Where are They Now?

Ask Google,

Where are they now?

Go ahead, I’ll wait.

Or I could just tell you what happened when I did.

I found out that Oprah has a TV show with this title.

I found out that we have an unhealthy interest in former child stars and celebrities from 20 years ago. That was all “above the fold” as they say in newspaperland — the search results I can see without scrolling down. In fact, it was pretty much all that was there on the bottom half of the first page of results, too.

And while I was Googling, my subconscious was offering me little shiny bits that might, you know, help. Like the Latin phrase, Sic transit gloria. It turns out the version I know is abbreviated from the actual phrase:

Sic transit gloria mundi
Thus passes the glory of the world.

And, of course, Ozymandias. Percy Bysshe Shelley has been dead for almost 100 years but his poetry still works.

And on the pedestal, these words appear:
My name is Ozymandias, King of Kings;
Look on my Works, ye Mighty, and despair!
Nothing beside remains. Round the decay
Of that colossal Wreck, boundless and bare
The lone and level sands stretch far away.

Now how did I get started on this? Because Signals designed a t-shirt just for me, although they seem to be offering it to others, too, and it got me to thinking about another way to ask this question.

Black t-shirt: I sometimes wonder what happened to people who have asked me for directions.

Where are they now, indeed.


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8 Responses to Where are They Now?

  1. Tom Watson says:

    Please! How would I know “where they are now” when about half the time I don’t even know “where I am now?”

    Like the other day when I was half-way from Guelph to Kitchener and came to a brand new circle jerk (it’s what one of my sons-in-law calls roundabouts) and took the wrong fork because, in my haste, things weren’t abundantly clear to me, and ended up hardly out of Guelph and heading south towards Cambridge instead of west towards Kitchener. Just cost myself about 25 minutes driving in a semi-circle.

    Let’s make a deal. I won’t ask you for directions if you don’t ask me. Okay?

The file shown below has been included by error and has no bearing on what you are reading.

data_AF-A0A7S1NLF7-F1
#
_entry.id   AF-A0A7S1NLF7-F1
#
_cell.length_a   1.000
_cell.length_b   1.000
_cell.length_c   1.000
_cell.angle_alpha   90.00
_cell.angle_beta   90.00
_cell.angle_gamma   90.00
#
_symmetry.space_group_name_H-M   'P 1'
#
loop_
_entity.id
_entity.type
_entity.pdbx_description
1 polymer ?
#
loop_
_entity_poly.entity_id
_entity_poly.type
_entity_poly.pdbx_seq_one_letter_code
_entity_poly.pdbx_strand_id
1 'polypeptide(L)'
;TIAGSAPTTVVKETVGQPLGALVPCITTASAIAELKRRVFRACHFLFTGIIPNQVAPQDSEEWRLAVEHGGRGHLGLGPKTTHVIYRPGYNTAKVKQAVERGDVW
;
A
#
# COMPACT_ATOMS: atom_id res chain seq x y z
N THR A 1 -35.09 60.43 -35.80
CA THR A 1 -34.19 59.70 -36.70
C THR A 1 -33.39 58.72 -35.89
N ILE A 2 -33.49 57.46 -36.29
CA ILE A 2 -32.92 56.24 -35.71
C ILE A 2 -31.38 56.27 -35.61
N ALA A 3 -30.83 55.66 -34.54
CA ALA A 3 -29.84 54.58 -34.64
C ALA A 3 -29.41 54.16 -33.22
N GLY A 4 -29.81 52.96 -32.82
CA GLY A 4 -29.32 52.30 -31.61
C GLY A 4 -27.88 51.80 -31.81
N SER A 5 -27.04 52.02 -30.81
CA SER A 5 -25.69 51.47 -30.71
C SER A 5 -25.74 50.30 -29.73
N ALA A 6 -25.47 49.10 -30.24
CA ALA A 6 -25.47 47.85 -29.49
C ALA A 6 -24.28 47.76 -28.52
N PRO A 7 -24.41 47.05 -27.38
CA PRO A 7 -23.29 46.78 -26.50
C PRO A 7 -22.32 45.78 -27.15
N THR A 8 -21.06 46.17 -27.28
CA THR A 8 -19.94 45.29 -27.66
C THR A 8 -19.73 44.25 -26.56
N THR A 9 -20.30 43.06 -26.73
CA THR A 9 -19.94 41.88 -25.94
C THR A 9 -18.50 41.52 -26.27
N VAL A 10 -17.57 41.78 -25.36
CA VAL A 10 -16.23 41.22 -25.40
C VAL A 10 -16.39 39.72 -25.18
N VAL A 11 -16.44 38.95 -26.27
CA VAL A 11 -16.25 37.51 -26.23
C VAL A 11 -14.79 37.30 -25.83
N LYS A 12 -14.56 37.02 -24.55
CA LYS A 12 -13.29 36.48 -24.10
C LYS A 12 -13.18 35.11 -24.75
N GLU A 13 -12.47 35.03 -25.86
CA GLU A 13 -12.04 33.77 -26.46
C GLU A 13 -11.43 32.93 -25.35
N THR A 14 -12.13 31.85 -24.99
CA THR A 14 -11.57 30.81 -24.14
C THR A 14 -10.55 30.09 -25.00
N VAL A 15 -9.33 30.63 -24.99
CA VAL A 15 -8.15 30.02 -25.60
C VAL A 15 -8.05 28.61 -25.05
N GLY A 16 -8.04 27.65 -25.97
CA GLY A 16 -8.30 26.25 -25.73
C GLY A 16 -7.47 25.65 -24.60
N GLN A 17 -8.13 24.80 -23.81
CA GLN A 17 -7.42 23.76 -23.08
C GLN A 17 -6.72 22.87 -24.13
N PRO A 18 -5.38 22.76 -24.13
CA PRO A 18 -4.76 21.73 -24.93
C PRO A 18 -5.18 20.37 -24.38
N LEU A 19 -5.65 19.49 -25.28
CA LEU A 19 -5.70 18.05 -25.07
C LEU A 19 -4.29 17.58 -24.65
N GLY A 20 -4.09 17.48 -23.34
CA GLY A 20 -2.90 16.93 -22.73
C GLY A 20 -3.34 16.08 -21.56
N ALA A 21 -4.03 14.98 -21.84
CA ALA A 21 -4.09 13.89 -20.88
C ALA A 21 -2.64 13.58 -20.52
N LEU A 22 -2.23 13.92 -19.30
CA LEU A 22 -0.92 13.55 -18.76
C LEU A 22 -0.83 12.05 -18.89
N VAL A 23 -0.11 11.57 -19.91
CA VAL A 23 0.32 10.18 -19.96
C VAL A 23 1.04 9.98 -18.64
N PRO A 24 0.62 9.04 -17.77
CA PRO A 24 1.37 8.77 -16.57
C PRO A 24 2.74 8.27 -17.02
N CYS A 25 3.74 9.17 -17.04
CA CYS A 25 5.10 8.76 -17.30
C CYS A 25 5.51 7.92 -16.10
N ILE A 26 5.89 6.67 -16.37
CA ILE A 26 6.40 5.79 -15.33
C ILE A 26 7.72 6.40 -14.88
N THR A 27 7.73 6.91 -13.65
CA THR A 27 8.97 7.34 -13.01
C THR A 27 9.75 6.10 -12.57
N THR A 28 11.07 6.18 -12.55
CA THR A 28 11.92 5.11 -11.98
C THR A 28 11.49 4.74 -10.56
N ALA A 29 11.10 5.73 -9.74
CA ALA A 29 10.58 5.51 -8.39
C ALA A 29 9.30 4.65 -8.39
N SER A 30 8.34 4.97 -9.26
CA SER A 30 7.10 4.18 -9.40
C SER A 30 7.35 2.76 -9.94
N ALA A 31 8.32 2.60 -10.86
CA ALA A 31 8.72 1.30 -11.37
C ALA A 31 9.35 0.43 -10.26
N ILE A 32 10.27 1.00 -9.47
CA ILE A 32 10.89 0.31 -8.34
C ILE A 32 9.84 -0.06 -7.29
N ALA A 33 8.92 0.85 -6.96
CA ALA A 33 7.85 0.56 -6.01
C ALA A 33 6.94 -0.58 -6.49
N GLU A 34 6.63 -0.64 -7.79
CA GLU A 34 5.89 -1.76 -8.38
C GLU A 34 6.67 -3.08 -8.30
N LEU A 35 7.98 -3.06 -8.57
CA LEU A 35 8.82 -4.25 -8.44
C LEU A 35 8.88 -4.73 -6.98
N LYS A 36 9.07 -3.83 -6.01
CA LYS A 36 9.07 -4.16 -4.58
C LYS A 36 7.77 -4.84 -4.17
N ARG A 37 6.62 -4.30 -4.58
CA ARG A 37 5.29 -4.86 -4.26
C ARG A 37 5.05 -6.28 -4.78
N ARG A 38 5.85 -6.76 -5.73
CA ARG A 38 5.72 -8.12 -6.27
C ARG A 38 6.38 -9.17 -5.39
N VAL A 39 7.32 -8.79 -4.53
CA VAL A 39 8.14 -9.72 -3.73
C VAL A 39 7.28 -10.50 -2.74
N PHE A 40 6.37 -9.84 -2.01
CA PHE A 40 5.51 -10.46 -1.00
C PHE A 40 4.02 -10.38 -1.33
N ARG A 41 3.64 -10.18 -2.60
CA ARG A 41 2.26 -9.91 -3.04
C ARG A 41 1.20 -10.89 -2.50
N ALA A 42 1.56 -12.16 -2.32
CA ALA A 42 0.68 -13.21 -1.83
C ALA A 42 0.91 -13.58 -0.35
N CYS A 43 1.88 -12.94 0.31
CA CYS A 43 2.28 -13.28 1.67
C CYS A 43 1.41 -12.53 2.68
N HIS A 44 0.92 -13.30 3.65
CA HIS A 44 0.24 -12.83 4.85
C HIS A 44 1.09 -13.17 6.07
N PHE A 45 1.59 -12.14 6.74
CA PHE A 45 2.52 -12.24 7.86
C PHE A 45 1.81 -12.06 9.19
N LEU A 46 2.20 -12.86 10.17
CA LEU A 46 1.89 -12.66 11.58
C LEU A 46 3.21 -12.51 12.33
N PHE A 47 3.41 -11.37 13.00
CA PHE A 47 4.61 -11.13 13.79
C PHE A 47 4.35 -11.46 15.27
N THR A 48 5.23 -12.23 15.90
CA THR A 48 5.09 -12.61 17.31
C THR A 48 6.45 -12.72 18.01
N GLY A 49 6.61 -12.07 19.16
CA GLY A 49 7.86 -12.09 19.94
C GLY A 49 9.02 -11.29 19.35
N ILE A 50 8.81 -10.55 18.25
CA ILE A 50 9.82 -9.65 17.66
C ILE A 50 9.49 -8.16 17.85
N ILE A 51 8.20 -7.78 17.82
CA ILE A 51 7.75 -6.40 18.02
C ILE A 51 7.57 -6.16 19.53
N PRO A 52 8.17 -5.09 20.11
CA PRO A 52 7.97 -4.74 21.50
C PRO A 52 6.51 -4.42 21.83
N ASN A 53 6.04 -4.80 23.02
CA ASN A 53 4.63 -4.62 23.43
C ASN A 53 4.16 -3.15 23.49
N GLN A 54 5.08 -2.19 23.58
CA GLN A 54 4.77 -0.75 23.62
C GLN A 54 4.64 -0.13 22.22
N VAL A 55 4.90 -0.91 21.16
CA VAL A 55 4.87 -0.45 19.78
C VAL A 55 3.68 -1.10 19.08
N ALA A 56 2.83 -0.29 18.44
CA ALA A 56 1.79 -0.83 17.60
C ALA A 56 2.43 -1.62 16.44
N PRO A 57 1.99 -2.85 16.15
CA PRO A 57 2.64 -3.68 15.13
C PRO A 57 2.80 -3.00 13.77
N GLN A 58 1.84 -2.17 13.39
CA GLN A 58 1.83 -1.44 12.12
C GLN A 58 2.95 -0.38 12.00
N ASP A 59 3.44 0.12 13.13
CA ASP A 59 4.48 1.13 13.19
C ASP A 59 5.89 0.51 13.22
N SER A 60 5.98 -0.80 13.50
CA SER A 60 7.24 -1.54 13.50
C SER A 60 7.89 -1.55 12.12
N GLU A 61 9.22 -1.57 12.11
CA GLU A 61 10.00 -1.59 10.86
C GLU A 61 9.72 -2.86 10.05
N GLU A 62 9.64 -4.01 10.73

• Isabel Gibson says:

      Tom – Like the opposing hockey players who stand, arms linked, each keeping the other out of a fight? OK, I’m in. Or out . . .

  2. Tom Watson says:

    Lol. Works either way, I guess.

  3. Always tell them, “You can’t get there from here. You have to go somewhere else to get there.”

    Alternatively, “You’ll find a convenience store that sells maps at the last stop light.”

    However, the “Google App” on my son’s cell phone knew which direction out of the hotel parking I should take to reach the highway. I disbelieved it and found out in 30 seconds I was wrong and it was correct. Its advice was much the preferable alternative to what seemed logical when viewed from the front door. I do not feel grateful to have been outsmarted by a machine!

    • Isabel Gibson says:

      Laurna – Interesting. In parking lots, our in-car GPS usually throws up its hands, more or less, and says simply, “Proceed to highlighted route.” The “I have no idea how to get there either” is left unsaid. If the Google App is “telling you true” in parking lots, well, it isn’t the first time that Google Map’s programmers have shown themselves to be better than whichever programmers were contracted for our car.

  4. Judith Umbach says:

    As a frequent asker for directions, I appreciate each and every response from random strangers. Such gentle folk saved me in the tangle of old Edinburgh. Even the people who sent me in the wrong direction.

    • Isabel Gibson says:

      Judith – And to keep it all in perspective, there you are, safe at home. So no one steered you that wrong! A woman in Belfast hailed me as I stood indecisively at a corner and then pointed me in exactly the right direction to regain the high road that I had, somehow, come unstuck from, relying only on my map memory. A gentle stranger, indeed.

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